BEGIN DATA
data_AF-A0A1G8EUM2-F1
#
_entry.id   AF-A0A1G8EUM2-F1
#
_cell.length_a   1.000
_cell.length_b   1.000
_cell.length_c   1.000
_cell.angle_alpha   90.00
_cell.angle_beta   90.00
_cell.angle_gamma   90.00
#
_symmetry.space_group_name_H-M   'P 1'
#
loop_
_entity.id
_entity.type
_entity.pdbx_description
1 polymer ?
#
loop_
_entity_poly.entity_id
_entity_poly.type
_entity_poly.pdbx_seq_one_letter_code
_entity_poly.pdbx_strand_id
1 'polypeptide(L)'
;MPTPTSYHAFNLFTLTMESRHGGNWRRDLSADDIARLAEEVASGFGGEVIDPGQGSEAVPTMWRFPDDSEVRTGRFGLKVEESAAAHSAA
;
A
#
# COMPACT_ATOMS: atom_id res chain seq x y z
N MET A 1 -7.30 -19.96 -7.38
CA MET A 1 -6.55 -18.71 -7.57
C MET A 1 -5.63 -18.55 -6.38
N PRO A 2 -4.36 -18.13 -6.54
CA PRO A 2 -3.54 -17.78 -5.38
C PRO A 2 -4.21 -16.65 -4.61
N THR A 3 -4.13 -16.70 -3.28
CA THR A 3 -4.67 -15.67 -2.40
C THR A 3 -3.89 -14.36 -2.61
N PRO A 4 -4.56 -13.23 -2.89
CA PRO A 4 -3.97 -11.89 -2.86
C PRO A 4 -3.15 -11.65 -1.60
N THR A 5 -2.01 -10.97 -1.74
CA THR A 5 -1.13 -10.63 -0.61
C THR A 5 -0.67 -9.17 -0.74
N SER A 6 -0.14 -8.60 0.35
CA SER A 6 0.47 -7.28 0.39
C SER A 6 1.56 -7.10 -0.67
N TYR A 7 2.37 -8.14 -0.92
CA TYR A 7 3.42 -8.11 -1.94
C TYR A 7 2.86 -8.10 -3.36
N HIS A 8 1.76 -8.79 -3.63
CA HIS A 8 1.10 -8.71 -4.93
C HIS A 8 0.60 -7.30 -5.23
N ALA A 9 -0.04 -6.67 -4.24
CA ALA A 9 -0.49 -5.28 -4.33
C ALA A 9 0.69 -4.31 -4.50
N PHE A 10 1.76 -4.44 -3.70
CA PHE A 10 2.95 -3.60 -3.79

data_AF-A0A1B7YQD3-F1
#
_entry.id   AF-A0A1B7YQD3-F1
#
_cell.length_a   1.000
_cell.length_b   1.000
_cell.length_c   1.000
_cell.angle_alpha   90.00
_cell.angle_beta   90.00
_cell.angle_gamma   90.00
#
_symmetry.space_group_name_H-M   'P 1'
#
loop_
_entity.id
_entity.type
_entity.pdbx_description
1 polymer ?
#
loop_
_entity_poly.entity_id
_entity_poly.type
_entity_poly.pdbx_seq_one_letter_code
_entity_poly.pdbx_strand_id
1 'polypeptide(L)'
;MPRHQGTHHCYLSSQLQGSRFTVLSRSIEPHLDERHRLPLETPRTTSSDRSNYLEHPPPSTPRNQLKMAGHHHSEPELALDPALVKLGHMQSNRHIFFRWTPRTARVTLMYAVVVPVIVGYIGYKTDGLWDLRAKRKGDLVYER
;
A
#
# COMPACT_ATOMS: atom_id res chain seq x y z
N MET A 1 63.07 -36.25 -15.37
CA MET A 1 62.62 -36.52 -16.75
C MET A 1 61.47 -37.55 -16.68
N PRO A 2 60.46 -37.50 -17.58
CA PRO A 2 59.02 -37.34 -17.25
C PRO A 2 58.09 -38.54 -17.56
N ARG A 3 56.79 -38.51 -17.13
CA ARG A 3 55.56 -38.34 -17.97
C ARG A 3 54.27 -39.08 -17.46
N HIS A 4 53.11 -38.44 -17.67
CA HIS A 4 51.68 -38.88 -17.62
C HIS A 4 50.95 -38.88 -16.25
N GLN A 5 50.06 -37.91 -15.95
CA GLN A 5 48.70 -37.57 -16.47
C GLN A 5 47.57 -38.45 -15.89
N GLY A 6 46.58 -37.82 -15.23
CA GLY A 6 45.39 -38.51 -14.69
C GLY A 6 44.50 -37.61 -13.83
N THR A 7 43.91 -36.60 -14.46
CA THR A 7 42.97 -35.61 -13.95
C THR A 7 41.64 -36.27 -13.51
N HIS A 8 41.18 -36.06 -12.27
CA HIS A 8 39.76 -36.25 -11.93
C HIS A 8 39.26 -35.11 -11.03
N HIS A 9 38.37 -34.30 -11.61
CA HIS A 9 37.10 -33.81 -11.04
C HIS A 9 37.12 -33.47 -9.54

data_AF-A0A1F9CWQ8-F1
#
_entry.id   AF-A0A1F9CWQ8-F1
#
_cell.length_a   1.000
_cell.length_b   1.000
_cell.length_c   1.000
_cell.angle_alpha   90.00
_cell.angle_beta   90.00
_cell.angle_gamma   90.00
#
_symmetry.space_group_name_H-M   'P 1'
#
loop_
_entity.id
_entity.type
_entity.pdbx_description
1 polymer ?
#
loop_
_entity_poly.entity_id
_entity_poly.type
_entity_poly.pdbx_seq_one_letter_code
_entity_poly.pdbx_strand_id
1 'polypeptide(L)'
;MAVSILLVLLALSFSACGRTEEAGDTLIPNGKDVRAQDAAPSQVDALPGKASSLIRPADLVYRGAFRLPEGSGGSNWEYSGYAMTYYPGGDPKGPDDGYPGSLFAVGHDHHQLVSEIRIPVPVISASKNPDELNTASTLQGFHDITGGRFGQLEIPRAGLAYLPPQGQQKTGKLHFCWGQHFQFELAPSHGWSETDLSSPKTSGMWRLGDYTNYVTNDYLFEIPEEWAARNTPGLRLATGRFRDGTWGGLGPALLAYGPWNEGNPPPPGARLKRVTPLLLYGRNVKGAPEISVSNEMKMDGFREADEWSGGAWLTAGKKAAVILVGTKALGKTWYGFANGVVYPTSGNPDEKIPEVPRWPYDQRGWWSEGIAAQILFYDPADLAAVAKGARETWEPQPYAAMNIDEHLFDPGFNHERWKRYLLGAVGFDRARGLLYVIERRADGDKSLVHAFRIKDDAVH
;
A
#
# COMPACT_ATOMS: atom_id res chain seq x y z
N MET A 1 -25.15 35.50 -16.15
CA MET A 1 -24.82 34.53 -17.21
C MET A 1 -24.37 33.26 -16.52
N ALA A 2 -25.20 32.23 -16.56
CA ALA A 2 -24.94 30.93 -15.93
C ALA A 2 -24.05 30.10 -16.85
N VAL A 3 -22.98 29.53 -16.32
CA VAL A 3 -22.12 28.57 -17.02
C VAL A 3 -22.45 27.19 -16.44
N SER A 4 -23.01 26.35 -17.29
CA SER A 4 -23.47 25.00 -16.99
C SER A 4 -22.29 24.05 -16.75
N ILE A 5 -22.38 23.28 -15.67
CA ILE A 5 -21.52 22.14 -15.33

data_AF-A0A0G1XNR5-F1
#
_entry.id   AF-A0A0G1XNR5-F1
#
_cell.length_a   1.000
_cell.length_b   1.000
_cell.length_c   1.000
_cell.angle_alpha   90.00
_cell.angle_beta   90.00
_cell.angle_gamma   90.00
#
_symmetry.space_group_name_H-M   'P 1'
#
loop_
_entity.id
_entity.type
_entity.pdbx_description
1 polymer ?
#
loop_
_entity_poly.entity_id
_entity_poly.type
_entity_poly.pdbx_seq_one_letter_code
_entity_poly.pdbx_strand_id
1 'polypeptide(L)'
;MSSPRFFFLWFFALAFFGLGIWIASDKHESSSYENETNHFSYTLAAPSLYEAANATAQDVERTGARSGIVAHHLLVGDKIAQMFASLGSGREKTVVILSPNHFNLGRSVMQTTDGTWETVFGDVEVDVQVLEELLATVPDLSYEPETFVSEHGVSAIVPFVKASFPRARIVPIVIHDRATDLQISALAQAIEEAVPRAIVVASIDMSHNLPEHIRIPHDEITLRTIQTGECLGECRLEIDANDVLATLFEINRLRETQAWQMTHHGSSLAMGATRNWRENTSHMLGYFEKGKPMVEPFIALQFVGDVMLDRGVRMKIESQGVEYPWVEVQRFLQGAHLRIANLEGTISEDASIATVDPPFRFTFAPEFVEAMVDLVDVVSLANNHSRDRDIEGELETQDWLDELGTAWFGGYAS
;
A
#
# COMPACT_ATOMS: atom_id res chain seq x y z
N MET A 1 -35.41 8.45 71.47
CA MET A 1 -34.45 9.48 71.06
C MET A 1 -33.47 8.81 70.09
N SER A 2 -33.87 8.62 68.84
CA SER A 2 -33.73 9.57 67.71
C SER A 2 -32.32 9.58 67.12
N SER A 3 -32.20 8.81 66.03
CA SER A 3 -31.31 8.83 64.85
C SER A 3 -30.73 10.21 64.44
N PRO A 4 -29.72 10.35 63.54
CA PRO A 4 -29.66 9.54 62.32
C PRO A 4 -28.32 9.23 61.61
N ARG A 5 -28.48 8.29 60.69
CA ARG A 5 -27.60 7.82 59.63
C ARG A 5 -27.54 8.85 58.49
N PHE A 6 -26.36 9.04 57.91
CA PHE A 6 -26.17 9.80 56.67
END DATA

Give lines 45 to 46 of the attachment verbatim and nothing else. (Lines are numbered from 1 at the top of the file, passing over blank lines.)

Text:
C THR A 5 -0.67 -9.17 -0.74
N SER A 6 -0.14 -8.60 0.35